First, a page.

Note: This article contains some explicit language.

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The world, according to University of Washington professors Carl Bergstrom and Jevin West, is awash in BS.

So begins their popular course, “Calling Bullshit,” which trains college students to identify and call out misinformation. BS warps voter choices. It can damage businesses. BS oozed from a crudely edited video that falsely suggested House Speaker Nancy Pelosi, D-Calif., was inebriated at a public event. Foreign propaganda machines spread BS through social and news media during the 2016 presidential campaign and beyond. And BS, when it clouds the science of vaccine safety and climate change, even threatens our health. Many people believe the BS they encounter and transmit it further — and that’s what this class aims to stop.

Bergstrom and West developed the syllabus as a corrective to the widespread problem of BS, and they made it easy to distribute to other teachers and students. More than 70 universities have contacted them to use course materials.

“The problem is not new. BS has been around forever. But it’s the way that technology has exploded that has really scaled up the amount of information and the amount of BS and how much we’re required to filter,” said Carrie Diaz Eaton, a professor of computational studies at Bates College in Lewiston, Maine, who tweaked the syllabus to work in statistics in the programming language R.

The class focuses on a pernicious form of misinformation that can be especially misleading: the kind that comes cloaked in data and figures.

“We grant this unwarranted authority to numbers. Numbers feel hard and crisp and sort of unquestionable,” said Bergstrom, a computational biologist. “We wanted to show our students that you don’t have to have a master’s degree in statistics or computer science to be able to call bulls--- on this stuff.”

A right-wing media site, for example, blared in a headline that several thousand DACA beneficiaries (undocumented children shielded from deportation by an Obama-era policy) have committed crimes against U.S. citizens, Bergstrom said. “But it’s an extremely low percentage of DACA recipients,” he pointed out. “Which means they’re being accused of crimes at substantially lower rates — massively lower rates — than American citizens. Of course the article doesn’t say that.”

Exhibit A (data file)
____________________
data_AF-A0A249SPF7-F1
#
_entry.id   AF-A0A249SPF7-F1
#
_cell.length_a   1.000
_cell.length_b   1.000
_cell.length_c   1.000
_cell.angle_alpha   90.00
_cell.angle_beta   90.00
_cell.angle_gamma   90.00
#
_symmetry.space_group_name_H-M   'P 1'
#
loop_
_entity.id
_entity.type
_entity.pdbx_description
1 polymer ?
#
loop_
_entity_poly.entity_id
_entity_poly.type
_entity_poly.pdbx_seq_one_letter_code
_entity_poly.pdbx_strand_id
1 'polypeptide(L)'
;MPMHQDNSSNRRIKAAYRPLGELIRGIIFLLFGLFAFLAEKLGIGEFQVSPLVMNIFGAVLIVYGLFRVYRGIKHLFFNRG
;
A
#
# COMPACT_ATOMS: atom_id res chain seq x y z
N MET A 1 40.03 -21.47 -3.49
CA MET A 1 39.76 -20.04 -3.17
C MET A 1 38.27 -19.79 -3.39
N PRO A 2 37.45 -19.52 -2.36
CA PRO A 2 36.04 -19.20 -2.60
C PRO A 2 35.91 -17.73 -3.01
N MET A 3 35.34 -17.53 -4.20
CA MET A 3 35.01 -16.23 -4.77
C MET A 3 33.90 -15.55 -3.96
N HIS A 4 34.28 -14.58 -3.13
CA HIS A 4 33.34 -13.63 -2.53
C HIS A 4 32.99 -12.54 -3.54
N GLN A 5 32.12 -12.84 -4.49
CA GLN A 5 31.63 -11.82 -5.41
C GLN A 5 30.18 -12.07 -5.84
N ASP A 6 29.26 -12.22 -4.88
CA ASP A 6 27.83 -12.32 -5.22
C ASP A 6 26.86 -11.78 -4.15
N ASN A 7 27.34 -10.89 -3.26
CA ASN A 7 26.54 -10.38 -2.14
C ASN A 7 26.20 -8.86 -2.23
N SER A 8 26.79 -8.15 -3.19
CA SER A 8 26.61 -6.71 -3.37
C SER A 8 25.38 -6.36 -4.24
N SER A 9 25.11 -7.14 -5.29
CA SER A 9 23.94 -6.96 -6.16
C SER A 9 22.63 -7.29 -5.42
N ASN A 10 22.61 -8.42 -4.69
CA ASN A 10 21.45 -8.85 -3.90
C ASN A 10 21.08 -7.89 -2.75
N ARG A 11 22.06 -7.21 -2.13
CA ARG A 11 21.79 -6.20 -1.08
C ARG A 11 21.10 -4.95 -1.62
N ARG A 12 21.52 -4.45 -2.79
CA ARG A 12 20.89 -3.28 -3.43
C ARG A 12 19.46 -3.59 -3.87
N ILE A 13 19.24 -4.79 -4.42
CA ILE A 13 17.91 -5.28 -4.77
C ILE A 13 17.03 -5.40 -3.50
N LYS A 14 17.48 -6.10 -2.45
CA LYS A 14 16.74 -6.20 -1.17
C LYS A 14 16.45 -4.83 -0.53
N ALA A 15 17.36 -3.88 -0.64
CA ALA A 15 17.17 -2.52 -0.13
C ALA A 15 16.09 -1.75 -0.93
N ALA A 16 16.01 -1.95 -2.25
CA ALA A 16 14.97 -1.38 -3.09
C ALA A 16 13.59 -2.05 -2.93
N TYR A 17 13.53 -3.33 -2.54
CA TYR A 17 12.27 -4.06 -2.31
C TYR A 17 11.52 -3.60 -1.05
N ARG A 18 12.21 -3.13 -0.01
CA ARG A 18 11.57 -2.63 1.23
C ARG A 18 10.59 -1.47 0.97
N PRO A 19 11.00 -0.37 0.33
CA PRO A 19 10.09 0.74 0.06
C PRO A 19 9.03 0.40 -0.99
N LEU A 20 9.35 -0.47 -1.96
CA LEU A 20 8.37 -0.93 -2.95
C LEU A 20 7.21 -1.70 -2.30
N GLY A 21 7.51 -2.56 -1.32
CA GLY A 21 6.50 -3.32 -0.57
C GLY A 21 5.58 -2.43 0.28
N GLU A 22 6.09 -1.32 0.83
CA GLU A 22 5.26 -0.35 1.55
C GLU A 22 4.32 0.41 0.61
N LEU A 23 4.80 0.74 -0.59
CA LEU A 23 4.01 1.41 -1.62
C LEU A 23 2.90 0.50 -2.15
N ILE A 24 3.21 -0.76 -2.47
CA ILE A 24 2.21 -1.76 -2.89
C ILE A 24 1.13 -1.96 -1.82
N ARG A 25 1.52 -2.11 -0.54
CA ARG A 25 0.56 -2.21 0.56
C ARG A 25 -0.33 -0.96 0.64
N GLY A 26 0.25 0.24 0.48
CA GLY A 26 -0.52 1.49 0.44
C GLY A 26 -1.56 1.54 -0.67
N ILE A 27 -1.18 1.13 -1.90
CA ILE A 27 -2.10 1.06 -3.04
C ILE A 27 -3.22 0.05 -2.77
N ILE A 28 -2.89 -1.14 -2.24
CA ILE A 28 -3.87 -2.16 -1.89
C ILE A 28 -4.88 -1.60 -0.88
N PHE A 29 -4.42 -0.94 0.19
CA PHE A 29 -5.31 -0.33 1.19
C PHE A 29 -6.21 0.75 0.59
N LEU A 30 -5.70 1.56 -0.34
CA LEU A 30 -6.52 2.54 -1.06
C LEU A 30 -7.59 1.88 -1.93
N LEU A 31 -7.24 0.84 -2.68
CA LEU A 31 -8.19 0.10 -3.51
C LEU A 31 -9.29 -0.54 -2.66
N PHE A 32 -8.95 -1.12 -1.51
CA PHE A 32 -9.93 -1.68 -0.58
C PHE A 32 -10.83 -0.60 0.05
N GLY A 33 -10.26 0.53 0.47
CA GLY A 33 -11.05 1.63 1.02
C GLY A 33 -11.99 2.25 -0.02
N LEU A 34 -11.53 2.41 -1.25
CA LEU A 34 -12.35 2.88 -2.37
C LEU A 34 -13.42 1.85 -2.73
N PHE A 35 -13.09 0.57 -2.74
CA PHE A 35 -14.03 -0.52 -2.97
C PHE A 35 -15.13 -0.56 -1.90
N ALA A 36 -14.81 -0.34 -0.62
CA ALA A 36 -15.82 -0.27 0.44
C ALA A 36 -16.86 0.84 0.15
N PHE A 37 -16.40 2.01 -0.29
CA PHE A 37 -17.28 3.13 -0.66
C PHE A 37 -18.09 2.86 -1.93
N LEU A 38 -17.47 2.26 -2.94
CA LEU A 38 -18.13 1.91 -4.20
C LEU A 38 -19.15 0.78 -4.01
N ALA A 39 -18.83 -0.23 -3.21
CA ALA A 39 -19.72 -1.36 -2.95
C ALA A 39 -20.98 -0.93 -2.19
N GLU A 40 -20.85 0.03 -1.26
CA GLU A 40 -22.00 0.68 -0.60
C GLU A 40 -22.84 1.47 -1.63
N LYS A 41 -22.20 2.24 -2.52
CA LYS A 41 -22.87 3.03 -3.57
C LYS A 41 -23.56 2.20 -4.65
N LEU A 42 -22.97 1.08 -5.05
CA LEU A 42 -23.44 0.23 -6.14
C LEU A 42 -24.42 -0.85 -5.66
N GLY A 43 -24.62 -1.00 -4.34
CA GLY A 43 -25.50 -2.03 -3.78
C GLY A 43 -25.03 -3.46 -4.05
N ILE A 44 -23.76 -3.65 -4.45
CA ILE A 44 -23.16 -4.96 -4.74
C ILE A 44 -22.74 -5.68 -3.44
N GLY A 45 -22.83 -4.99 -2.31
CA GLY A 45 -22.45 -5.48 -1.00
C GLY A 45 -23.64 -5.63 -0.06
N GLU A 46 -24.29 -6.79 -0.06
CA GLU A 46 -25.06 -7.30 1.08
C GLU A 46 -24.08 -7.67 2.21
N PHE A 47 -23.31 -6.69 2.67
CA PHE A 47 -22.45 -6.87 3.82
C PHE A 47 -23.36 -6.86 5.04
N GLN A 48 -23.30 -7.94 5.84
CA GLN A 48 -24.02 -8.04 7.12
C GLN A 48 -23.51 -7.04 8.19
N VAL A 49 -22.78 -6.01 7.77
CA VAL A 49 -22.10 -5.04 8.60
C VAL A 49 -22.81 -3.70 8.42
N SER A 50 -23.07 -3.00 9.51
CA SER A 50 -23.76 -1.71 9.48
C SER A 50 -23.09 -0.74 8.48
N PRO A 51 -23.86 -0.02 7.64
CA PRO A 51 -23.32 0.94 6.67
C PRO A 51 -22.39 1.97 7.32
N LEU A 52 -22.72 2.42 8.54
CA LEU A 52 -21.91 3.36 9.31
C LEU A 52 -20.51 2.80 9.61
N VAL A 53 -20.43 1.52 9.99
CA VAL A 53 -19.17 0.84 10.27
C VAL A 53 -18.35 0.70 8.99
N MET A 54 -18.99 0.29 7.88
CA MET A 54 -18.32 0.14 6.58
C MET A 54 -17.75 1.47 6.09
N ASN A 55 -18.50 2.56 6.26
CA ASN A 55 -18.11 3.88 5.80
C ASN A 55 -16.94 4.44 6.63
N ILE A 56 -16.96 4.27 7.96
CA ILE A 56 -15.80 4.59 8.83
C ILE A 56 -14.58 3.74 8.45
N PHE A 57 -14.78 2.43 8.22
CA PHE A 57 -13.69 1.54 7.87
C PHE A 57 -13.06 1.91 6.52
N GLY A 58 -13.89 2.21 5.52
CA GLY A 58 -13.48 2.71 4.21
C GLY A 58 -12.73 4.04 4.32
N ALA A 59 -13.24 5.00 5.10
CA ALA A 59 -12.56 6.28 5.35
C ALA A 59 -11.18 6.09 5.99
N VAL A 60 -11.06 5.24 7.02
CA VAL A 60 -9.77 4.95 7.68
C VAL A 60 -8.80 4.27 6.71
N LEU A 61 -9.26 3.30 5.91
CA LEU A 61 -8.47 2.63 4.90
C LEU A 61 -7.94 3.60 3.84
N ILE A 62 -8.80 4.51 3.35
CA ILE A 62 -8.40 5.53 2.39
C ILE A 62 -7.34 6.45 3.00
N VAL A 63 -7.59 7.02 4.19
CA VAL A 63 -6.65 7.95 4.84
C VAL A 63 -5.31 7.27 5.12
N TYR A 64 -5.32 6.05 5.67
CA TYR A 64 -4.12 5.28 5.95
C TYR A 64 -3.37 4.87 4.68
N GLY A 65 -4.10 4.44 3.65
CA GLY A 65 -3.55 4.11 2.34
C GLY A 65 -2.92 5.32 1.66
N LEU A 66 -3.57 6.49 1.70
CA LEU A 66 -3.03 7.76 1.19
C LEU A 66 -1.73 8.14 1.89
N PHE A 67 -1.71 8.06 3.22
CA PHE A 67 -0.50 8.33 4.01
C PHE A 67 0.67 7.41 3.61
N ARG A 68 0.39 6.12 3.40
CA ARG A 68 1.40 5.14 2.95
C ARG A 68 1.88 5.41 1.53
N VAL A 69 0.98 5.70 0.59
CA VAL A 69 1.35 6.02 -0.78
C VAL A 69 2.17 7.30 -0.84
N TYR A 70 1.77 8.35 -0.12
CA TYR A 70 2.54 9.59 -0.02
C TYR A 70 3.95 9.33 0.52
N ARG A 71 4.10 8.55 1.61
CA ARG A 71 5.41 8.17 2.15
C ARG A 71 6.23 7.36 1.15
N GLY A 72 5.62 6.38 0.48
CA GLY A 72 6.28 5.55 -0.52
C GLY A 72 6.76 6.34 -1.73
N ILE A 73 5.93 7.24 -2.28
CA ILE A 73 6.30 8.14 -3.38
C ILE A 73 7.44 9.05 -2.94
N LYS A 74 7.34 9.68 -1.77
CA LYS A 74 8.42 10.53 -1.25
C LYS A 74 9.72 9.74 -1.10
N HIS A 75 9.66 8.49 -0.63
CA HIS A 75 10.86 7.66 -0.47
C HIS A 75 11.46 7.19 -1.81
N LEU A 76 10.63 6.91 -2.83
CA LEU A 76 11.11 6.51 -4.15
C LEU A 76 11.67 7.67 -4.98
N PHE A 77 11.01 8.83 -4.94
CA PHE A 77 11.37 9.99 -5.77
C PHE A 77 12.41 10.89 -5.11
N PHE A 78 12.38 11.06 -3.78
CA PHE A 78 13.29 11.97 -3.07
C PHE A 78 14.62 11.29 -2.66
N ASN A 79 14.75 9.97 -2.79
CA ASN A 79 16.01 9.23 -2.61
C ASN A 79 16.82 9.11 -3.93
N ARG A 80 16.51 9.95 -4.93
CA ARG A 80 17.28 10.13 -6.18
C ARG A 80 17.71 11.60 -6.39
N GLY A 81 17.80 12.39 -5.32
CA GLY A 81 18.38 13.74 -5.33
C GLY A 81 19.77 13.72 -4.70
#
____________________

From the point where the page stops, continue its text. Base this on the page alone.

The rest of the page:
The course includes training in practical skills, with no advanced mathematical knowledge required. West and Bergstrom said they have taught defense against BS to librarians and to high-schoolers, who “love calling bulls--- on adults,” Bergstrom observed.

The class teaches students that a thing can be true and also BS. Whole Foods sells a product advertised as “non-GMO” Himalayan pink salt, to pluck an example from the course’s @Callin_bull Twitter account. Technically speaking, the claim is true: the pink salt was made without genetic modification. But it’s also BS, because salt, a mineral, doesn’t have any genes to modify.

In one lecture, West uses “Spurious Correlations,” a project made by a Harvard Law School student. The website pairs unrelated trends, based on actual data, that have no meaningful relationship. Except they happen to show a mathematical correlation — the decrease in Kentucky’s marriage rate happens to correspond with a nationwide drop in drownings on fishing trips, for instance. The point: Statistical correlations are useful tools, but students should ask whether the relationships make sense.

The professors have had a long history of mutual BS-calling while trying to test the limits of each other’s scientific conclusions. West was a graduate student in Bergstrom’s laboratory more than a decade ago, and they have written numerous research papers about patterns in how scientists publish their work, including the observation that male scientists cite themselves far more frequently than female scientists self-cite.

Reviewing thousands of journal articles and scientific grants, West said, has honed their ability to sniff out data-driven BS.

Meanwhile, they increasingly saw misinformation in their lives outside work. The professors worried about their students’ exposure to BS. “When we had print media, the stuff that we consumed was predominantly filtered through professional editors,” Bergstrom said. But social media has made all of us “the gatekeepers of what’s worth seeing for our colleagues, our friends and our families.”

They designed the course as an online syllabus without knowing whether they could teach it themselves, because the professors are in different departments with different academic requirements — and there was also some friction with the university committee that decides names and course descriptions.